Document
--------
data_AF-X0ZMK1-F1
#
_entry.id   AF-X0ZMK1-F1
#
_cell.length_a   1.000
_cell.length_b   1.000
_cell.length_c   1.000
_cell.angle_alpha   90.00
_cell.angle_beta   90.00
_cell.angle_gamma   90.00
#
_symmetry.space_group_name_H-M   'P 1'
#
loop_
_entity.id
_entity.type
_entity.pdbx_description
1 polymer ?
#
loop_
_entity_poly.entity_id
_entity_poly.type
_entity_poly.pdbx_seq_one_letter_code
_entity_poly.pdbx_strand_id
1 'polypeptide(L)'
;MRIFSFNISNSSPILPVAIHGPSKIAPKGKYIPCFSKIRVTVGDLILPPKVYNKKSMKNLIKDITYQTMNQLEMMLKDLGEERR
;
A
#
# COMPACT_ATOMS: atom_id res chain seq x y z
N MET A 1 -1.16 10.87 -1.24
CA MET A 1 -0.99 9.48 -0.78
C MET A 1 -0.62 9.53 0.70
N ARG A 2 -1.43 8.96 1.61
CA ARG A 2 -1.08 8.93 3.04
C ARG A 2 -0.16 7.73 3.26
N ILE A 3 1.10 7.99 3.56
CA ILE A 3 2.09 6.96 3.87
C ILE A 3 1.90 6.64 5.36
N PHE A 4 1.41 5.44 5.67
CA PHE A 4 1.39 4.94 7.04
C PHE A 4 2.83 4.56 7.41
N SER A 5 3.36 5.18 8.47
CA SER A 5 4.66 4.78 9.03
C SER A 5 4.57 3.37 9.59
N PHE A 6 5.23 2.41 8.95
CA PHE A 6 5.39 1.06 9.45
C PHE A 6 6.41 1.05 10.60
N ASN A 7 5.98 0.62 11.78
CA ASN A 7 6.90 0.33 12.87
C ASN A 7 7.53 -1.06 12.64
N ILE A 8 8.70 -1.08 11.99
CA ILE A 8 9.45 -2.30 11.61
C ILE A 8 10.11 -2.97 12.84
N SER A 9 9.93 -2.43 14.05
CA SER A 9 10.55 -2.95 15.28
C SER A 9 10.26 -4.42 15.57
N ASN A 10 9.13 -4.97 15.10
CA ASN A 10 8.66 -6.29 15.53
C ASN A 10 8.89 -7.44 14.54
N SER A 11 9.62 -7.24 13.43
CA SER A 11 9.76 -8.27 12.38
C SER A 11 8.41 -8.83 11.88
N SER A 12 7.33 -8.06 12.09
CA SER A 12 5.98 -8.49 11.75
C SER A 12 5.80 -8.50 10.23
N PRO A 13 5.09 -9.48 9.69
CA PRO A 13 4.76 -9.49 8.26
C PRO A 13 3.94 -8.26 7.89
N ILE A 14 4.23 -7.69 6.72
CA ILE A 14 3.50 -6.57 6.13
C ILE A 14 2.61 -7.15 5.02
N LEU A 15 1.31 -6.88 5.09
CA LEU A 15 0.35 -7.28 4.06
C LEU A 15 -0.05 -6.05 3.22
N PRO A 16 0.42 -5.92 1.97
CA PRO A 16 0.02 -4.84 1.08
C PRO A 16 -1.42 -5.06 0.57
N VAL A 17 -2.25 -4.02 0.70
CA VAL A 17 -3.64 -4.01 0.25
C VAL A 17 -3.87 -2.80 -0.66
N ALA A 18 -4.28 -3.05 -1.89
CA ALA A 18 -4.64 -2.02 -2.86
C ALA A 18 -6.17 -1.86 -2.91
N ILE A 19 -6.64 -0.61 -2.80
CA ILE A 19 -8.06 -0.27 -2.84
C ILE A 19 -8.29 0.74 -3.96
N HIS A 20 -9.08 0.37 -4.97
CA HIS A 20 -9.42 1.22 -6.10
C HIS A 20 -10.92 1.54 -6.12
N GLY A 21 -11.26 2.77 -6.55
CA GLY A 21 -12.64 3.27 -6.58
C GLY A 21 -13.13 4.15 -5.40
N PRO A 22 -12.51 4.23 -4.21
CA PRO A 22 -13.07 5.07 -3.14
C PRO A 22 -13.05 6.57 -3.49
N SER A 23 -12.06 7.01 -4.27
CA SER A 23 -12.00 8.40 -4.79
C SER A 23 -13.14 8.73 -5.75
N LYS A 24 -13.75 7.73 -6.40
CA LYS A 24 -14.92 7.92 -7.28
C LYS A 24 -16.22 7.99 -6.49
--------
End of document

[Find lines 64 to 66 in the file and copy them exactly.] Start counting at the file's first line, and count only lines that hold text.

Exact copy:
N SER A 12 7.33 -8.06 12.09
CA SER A 12 5.98 -8.49 11.75
C SER A 12 5.80 -8.50 10.23